In Defense of Happiness
by Doug French by Doug French
"It is a perverse consequence of our fortunate condition that the question of our happiness, or lack of it, presses unhappily hard on us," writes John Lanchester in the New Yorker. Many people in the world are better off, but no one seems to be happier. Modern humans are "stuck on a u2018hedonic treadmill’: their expectations rise at the same pace as their incomes," according to Lanchester, "and the happiness they seek remains constantly just out of reach."
People want to be happy. War has been declared on melancholy, ever since Methodist preacher Norman Vincent Peale published The Power of Positive Thinking in 1952. Peale instructed people to constantly repeat affirmations to bypass their conscious minds and implant suggestions into his or her unconscious minds.
But Eric G. Wilson contends that the world would be much worse if not for the melancholics that create great art, literature and innovation. In his book, Against Happiness: In Praise of Melancholy, the Wake Forest English Professor makes the case that it is from our depressed sides that our creativity is derived. To be contented "is living death"; in reality, "we’re better off living with the blues."
Reading Wilson’s 151-page rant made me warm and, dare I say, happy, all over. His book speaks to us "glass is half empty" types — which makes its thesis suspicious on its face. The American dream has become all about happiness. And to be happy requires things, stuff, and to acquire stuff takes a job, a career, and thus universities, Wilson contends, are now happiness schools. There is not intrinsic value to education but for to just learn a trade. The various strains of religions have become "basically happiness companies, corporations that focus on how one can achieve blessedness while living in this world."
Consuming Americans are wolfing down Happy Meals while "politics has now become a form of entertainment," and the "push for earthly bliss is at the core of the American soul." Professor Wilson describes Americans as happy campers that adore the Lifetime channel, who want God to bless the world and believe that a hug is an ideal gift. These positive thinkers sign their emails with "chirpy icons," and "swear by the power of prayer."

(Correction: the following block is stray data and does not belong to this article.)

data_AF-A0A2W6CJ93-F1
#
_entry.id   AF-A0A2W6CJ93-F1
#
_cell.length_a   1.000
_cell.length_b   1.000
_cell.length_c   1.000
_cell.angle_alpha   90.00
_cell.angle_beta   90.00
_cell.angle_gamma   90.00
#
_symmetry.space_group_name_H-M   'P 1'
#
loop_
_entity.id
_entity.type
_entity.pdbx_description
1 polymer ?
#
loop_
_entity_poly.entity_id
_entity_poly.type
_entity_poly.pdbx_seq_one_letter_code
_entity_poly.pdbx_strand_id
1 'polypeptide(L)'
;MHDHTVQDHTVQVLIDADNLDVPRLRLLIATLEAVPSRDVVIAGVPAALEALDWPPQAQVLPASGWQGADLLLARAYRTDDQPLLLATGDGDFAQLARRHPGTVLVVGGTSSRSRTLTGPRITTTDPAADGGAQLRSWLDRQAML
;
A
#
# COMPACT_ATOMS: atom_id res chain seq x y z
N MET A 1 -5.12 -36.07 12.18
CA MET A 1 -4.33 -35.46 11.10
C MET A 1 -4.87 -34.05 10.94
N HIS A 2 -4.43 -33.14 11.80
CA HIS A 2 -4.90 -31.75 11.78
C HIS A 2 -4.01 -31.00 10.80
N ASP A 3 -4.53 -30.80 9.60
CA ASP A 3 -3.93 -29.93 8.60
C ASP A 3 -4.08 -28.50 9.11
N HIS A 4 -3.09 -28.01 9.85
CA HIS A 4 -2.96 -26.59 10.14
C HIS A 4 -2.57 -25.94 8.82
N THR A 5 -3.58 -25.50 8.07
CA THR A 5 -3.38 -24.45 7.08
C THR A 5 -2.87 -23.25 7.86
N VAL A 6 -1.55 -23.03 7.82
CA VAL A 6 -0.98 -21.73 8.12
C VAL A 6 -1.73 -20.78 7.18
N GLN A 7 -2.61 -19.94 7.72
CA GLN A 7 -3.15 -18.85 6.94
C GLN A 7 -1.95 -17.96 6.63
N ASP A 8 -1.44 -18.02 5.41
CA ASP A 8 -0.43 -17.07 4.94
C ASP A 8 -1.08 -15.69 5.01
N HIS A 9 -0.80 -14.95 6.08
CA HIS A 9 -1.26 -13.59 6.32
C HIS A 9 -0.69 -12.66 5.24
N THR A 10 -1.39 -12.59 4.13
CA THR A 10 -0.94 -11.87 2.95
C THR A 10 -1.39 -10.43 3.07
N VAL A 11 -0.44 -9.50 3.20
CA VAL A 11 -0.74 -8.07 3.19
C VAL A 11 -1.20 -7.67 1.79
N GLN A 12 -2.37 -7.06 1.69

What’s discouraging is that Wilson, despite being what appears to be a healthy doubting, questioning type, buys into the environmental apocalypse hocus-pocus that the Left indorses while at the same time embracing the Right’s idea that Muslim extremists are going to drop nuclear bombs on us. I would expect more from a guy who writes: "In worshipping happiness, I blind myself to the planet."
To counter the Peale’s and Anthony Robbins’ of the world, Wilson writes of famous gloomy types like Ralph Waldo Emerson, Herman Melville, Jackson Pollock, John Lennon, Beethoven, John Keats, and Joni Mitchell. These famous creators illustrate Wilson’s point that creating "doesn’t make us unhappy; unhappiness makes us creative." By creating we are living, but the fact is, we all die. But as Wilson points out, "America is obsessed with forgetting this sad fact." Supposedly 85 percent of Americans claim they are happy and thus are "wearing a pretty grin to cover the beautiful grind of life."
If those being polled are telling the truth and those collecting the data are interpreting it correctly, America has very few creators, while the contented masses are busy being happy. This, the English professor believes is a threat to our existence "as dangerous as the most apocalyptic of concerns." By "annihilating melancholia," America is "wantonly hankering to rid the world of numerous ideas and visions, multitudinous innovations and meditations."
OK, so society benefits from the creativity that oozes from melancholy types. But is there any fulfillment gained in their lives: Or just an endless creative treadmill, where happiness is always, just out of reach? "This is indeed the greatest irony of all: the true path to ecstatic joy is through acute melancholia," Wilson concludes. "To take a stance against American happiness — tepid satisfaction — is to stand close to extreme jubilance, rapturous abandonment."
Although Wilson doesn’t quote him, H.L. Mencken should have a word here: "Happiness, as I have encountered it in this world, consists chiefly in getting no more than what one wants and wanting no more than one can get…The prudent man tries to mold his desires to the probabilities, or, at all events, to the possibilities."
No one took a stance against American happiness like Mencken did; no wonder Murray Rothbard described him as "The Joyous Libertarian."